Clear is best known for providing a way to scan in at airports at skip the TSA line, but aspires with its Health Pass to screen people for signs they might have Covid-19. | James Leynse/Corbis via Getty Images
The NHL will use Clear’s Health Pass to screen players and staff at the playoffs.
Now that airports are emptier than they’ve ever been, the air travel security platform Clear is adapting its technology for new pandemic-centric purposes. On Thursday, the NHL announced that it would be using the tech to screen players and staff during the playoffs, and earlier this month, the employees of the 9/11 Memorial & Museum started using the screening platform to allow staff back onsite. The new moves are a sign that Clear wants to use its tech to get people back to work — and back to big events.
The basic premise is that regular screenings using a new Clear service called Health Pass can keep people who might have Covid-19 out of high-traffic spaces. Basically, its approach involves using new systems that can quickly identify whether someone might have Covid-19. Right now, that process could include a daily health quiz, temperature scans, and linking users to their lab results — while also confirming their identity through biometrics, which can include iris and fingerprint scans as well as facial recognition. The concept has already drawn skepticism from public health and privacy experts.
This new line of business represents a pivot for Clear, which is best known as the company that offers paid memberships to bypass airport security lines. While everyone else is stuck in the slow line waiting to speak to a TSA agent to check their travel documents and confirm their identity, Clear members can bypass the line and speed straight to the baggage screening. That’s because in addition to paying Clear’s membership fee, customers have volunteered more of their personal information, mainly their biometric data, to help airport security quickly confirm their identity at the airport. Importantly, while Clear’s technology has been certified by the Department of Homeland Security, it is not the same as the Transportation Security Administration’s (TSA) Pre-Check. However, as Clear is quick to point out on its website, fliers can purchase both.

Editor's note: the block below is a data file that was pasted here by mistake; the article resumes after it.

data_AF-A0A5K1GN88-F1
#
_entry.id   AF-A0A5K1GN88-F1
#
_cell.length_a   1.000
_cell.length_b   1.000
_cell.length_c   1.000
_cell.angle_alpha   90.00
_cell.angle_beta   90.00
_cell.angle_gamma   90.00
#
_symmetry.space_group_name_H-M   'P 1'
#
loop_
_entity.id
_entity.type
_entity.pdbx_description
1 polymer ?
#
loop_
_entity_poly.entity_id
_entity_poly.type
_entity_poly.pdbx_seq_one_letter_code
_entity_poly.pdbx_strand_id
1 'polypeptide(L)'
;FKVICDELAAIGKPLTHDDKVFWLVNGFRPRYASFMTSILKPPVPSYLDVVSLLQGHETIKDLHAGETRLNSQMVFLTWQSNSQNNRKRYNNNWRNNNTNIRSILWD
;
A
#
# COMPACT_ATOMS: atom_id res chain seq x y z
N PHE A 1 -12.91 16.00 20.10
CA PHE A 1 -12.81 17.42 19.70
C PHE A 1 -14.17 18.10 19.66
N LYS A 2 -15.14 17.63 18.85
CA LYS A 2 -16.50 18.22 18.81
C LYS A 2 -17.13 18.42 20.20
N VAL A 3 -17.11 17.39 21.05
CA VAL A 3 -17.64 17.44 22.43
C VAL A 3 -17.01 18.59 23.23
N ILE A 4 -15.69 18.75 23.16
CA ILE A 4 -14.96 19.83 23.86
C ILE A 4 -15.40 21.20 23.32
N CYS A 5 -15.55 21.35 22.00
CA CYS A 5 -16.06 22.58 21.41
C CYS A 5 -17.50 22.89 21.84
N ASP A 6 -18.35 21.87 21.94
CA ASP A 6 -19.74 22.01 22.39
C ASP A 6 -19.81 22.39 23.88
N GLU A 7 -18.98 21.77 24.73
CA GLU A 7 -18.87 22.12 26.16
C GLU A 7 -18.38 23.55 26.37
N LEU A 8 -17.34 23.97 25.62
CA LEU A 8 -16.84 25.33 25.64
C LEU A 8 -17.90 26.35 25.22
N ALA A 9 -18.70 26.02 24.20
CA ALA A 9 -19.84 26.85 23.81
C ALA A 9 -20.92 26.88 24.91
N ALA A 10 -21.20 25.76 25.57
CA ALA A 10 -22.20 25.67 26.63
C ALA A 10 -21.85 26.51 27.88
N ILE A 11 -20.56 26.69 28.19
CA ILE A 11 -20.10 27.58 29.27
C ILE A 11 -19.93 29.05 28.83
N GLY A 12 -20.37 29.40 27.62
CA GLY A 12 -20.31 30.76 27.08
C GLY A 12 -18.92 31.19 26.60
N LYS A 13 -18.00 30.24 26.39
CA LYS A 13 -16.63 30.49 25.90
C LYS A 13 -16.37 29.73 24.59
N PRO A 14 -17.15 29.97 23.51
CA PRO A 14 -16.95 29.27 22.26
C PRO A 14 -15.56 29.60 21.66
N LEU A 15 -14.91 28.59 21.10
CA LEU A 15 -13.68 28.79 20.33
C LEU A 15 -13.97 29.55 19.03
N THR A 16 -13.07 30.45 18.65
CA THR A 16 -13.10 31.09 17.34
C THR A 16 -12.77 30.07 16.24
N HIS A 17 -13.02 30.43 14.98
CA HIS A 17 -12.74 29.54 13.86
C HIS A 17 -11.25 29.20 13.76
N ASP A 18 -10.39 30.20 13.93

Clear isn’t the only company pushing futuristic, sometimes questionable technology meant to help us return to some sense of normal. Universities have urged students to promise that they’ll download health screening apps. Facial recognition technology companies have pushed versions of their tech that, for instance, incorporate “fever-detection.” Some have even floated artificial intelligence-enabled cameras that can measure how well people are social distancing.
But Clear stands out as an established brand that’s become a familiar sight at airport security checkpoints and already has quite a few customers. The company claims that it has confirmed identities more than 50 million times since it relaunched in 2010. At that time, Clear had been acquired out of bankruptcy but was already operating in at least 16 airports. Now, Clear technology is used in more than 50 airports, as well as other large venues including sports stadiums like the AT&T Center in San Antonio and the American Airlines Arena in Miami.